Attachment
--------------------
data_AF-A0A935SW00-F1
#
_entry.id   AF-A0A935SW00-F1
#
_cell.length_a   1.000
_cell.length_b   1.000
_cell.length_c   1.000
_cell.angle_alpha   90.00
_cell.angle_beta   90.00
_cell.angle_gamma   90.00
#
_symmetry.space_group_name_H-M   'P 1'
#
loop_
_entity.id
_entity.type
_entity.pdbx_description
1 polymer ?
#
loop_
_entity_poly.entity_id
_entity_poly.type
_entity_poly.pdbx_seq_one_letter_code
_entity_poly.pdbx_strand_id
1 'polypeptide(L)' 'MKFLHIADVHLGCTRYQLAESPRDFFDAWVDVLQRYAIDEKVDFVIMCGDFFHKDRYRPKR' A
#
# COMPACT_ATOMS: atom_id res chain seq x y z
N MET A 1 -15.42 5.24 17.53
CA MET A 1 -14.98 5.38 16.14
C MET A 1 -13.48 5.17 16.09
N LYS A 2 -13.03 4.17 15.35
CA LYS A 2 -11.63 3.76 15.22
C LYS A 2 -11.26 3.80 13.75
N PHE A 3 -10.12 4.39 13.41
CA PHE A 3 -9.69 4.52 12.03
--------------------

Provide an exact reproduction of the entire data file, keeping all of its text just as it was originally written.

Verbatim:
data_AF-A0A935SW00-F1
#
_entry.id   AF-A0A935SW00-F1
#
_cell.length_a   1.000
_cell.length_b   1.000
_cell.length_c   1.000
_cell.angle_alpha   90.00
_cell.angle_beta   90.00
_cell.angle_gamma   90.00
#
_symmetry.space_group_name_H-M   'P 1'
#
loop_
_entity.id
_entity.type
_entity.pdbx_description
1 polymer ?
#
loop_
_entity_poly.entity_id
_entity_poly.type
_entity_poly.pdbx_seq_one_letter_code
_entity_poly.pdbx_strand_id
1 'polypeptide(L)' 'MKFLHIADVHLGCTRYQLAESPRDFFDAWVDVLQRYAIDEKVDFVIMCGDFFHKDRYRPKR' A
#
# COMPACT_ATOMS: atom_id res chain seq x y z
N MET A 1 -15.42 5.24 17.53
CA MET A 1 -14.98 5.38 16.14
C MET A 1 -13.48 5.17 16.09
N LYS A 2 -13.03 4.17 15.35
CA LYS A 2 -11.63 3.76 15.22
C LYS A 2 -11.26 3.80 13.75
N PHE A 3 -10.12 4.39 13.41
CA PHE A 3 -9.69 4.52 12.03